Elaine Corner sustained serious injuries after being knocked off her motorbike by an at-work driver. Here she shares her story and explains why fleet managers need to treat road safety seriously.
Nobody goes out thinking an accident is going to happen to them. Everyone thinks their vehicle and its load are safe. They feel they can still concentrate on driving while fiddling with the radio, using the phone or recovering from one too many beers the night before.
But the reality is there are consequences to not concentrating when you are driving, to not having a safe vehicle, to not being in full control of that vehicle.
In March 2011 I was involved in a collision caused by a fleet vehicle. I was knocked off my motorbike when a van pulled out on to the main road.
There was good visibility at the junction. If the driver had looked, he would have seen me and he would have seen my mate on his motorbike behind me.
But he didn’t look because he was distracted. He was using his mobile phone. It was hands-free, but he was still distracted.
He pulled out and hit me on the side. I went about 30 yards down the road and ended up face down on the grass verge. I was about six feet away from my bike.
My mate was lucky. He was far enough behind to avoid the van and ring 999. The driver of the van was unhurt. He was just wandering around saying ‘huh, I didn’t see them’.
It seemed like forever when I was waiting for the ambulance to turn up. It was actually about 10 minutes. It was the longest 10 minutes of my life.
I was in lots of pain from my foot and my back. I’d done first aid training, I knew not to move in case of injuries I didn’t know about.
When the paramedics turned up, they cut my kit off. You feel very vulnerable lying at the side of the road without your clothes on. It was at the edge of Salisbury Plain, the Army training area. There was the noise of army helicopters flying around. And then it sounded like one was landing.
When the policeman confirmed that it was the air ambulance, I realised maybe I was a little more seriously injured than I first thought.
And then the paramedics filled me full of drugs and the next thing I knew I woke up the next morning in intensive care with my husband at my bedside.
That’s when I found out what my injuries were. I had tendon damage to my right ankle. I had fractured ribs. I had two fractured vertebrae. I had a fractured sacrum, that’s the bit where your spine goes to your pelvis. I had internal bleeding in that area.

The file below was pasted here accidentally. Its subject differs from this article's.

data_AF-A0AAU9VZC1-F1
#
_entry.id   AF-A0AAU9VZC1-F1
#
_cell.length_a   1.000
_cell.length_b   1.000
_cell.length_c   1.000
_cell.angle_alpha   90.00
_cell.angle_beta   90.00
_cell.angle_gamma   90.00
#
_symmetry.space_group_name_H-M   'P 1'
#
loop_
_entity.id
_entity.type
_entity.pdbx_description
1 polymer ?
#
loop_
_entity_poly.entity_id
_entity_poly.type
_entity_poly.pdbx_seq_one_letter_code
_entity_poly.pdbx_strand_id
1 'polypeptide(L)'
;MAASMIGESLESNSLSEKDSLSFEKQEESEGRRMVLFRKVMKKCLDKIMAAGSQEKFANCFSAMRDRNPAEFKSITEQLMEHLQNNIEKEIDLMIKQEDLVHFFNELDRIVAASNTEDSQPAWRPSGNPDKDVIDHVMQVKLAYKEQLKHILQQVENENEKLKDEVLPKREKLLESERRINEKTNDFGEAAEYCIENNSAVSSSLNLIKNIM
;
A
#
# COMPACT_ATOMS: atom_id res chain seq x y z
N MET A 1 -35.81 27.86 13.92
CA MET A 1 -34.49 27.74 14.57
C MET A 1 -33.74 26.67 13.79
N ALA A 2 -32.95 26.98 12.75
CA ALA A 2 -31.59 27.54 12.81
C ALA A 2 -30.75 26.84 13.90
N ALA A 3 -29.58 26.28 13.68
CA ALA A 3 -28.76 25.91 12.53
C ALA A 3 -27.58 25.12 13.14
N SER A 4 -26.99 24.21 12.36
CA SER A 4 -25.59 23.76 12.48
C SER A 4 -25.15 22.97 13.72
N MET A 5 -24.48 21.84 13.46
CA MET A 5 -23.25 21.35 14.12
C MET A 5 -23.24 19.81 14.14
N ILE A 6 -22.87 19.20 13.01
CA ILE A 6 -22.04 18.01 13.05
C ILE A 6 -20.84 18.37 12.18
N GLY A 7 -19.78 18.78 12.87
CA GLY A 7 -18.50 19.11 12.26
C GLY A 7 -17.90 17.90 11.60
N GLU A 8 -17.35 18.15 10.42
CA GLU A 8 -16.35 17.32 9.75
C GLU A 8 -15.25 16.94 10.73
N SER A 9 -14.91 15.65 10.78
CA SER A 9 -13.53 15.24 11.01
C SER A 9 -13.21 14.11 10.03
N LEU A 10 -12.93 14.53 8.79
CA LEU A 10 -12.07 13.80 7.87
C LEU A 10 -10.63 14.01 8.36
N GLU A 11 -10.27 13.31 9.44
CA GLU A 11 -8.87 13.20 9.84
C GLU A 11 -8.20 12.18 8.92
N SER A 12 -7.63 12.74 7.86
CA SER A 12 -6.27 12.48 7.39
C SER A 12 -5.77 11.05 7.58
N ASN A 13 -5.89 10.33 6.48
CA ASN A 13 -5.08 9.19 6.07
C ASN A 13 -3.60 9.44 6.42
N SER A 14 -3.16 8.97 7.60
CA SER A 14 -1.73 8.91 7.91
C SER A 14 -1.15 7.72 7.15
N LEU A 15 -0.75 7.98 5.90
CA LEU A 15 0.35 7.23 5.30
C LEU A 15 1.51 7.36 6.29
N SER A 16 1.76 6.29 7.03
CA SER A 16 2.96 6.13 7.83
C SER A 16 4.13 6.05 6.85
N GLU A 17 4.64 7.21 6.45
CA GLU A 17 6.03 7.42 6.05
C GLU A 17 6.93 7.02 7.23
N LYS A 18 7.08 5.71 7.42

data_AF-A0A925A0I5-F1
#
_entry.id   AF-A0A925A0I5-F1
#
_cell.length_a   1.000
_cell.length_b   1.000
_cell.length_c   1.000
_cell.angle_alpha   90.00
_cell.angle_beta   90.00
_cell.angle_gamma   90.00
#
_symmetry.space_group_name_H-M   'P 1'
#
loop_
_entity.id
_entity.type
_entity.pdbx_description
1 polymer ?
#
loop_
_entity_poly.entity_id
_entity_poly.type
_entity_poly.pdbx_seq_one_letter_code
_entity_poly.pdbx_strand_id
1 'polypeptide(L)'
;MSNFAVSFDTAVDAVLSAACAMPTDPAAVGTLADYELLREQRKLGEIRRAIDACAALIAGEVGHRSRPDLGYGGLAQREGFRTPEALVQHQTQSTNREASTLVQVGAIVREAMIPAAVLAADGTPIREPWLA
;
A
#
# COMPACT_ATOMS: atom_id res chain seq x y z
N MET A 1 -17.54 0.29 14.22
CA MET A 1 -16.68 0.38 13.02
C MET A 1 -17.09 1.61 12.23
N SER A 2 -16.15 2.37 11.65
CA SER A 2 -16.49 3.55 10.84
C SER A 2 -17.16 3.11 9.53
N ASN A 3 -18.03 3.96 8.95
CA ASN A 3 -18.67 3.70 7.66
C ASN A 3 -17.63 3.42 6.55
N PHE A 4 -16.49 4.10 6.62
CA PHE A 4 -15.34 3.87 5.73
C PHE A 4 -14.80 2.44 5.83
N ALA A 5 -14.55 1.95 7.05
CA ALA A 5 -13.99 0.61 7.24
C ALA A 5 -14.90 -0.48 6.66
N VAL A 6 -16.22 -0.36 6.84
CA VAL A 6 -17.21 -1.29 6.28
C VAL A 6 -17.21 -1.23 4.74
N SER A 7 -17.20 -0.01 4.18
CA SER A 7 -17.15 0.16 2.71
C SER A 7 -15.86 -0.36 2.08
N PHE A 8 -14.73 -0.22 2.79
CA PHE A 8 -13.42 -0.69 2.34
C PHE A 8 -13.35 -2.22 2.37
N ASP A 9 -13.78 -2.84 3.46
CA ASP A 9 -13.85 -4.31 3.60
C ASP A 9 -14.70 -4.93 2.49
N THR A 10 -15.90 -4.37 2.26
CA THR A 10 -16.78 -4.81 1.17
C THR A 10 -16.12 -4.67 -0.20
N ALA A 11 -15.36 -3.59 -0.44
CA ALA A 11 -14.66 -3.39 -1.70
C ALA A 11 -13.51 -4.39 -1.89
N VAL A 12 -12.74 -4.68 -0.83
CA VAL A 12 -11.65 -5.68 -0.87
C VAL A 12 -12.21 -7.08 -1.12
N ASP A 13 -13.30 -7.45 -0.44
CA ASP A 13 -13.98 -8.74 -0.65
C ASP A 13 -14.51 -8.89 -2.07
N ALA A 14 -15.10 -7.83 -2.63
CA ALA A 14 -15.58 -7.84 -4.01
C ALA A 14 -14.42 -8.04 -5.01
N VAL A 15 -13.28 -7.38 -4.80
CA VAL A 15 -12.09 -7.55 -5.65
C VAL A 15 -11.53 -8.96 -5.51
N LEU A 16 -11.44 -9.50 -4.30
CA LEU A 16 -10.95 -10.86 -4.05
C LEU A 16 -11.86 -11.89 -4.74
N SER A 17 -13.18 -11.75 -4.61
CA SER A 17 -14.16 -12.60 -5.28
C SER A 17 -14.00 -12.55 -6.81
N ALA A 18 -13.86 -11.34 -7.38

My foot had also been amputated. The X-ray showed they weren’t going to be able to save my foot. It had been crushed between the van and my bike.
I spent the next eight weeks in hospital, and with that came the stress that caused my husband, visiting me every day, with my family travelling from Yorkshire to be with me.
I had five further operations which resulted in my foot being amputated to the level it is now. I had 15 months of rehabilitation, learning how to walk again, learning how to live with my injuries.
I had another operation just when I thought I was getting my life back, so I had to spend another month in a wheelchair.
I’m still in constant pain with my lower back. I have pain and weakness in my right ankle. I get phantom limb pain. It can feel like someone is smashing into my foot with a sledgehammer, or giving me an electric shock.
It is sufficient to sit me bolt upright in bed and stop me from sleeping.
I have days when my stump is too sore to be able to put my leg on, so I’m back in the wheelchair.
Regardless of what people say, the world isn’t accessible nowadays. It’s very hard work getting round in a wheelchair, so I tend to just stay at home.
Because of my injuries, I was medically discharged from the Army. And because of the disrupted sleep and the constant pain, I can’t work full-time now, so I can’t earn as much as I used to.
I had to move away from my friends because of access problems to my old house. I had to sell my car. For eight months I was taking too many prescription drugs to be in a fit state to drive and I had to rely on other people to take me everywhere.
It felt like I was 16 again.
I’m a Duke of Edinburgh Award leader and have been for the past 12 years. I can’t drive the minibus anymore. I can’t go hill walking with the young people like I used to, so it’s put extra pressure on the other leaders.
But I’m lucky. I’m still here. I can still ride a motorbike. I have a suitable car now. I can still be with family and friends.
Think about those who aren’t so lucky. Those who are killed, paralysed, have serious brain injuries because they were hit by someone and it wasn’t their fault. Somebody who wasn’t concentrating. Somebody who wasn’t in full control of their vehicle.
Think about your policies and your training. Are they sufficient to stop things like this happening to someone else? To some other family?
The guy who hit me got six points and a £165 fine for careless driving. He also lost his job. I have a lifetime of pain, of disability. That’s the reality of road safety.
Elaine Corner served in the Army for more than 25 years before being medically discharged following a crash with an at-work driver who was using their mobile phone. She is a volunteer with Wiltshire Safe Drive, Stay Alive – a roadshow based around powerful personal testimonies designed to make the audience aware of the suffering caused by road traffic collisions. She is passionate about supporting wounded service personnel and veterans in Wiltshire to undertake volunteering as part of their recovery process.